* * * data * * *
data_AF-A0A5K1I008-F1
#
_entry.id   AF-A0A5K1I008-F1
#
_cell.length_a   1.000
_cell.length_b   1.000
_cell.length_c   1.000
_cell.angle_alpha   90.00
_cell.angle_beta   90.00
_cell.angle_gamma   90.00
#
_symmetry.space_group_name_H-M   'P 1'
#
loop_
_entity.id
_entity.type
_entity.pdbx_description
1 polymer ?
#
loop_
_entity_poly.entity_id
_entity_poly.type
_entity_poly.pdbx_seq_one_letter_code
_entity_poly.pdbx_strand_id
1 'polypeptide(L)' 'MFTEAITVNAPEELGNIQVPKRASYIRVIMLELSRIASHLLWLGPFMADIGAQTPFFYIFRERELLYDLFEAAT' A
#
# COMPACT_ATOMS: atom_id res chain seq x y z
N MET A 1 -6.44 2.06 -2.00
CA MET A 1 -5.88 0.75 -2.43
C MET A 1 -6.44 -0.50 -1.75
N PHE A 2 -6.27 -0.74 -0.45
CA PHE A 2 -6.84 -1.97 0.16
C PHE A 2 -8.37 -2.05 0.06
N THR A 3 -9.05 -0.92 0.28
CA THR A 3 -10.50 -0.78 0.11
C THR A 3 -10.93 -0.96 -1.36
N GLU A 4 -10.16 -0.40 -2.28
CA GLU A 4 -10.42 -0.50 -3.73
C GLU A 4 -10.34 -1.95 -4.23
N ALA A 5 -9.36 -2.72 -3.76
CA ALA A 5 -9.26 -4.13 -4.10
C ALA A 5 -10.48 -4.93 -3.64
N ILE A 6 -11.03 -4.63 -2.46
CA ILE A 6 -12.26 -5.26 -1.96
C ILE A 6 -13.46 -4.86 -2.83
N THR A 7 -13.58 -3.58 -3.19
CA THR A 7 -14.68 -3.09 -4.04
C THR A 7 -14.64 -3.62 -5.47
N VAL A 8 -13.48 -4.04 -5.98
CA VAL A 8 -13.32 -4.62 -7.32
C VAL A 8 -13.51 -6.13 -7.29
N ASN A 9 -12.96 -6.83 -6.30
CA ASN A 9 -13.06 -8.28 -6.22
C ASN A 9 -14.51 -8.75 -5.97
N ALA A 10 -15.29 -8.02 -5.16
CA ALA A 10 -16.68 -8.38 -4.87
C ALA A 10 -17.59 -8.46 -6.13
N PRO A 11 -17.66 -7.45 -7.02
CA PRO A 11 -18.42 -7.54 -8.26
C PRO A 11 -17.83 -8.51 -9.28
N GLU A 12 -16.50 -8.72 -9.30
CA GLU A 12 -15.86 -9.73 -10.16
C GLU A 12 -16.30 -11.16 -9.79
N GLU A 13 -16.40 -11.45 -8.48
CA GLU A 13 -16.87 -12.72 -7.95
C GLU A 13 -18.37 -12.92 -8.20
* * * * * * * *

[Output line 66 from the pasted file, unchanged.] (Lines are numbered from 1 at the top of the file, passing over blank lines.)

C GLU A 13 -18.37 -12.92 -8.20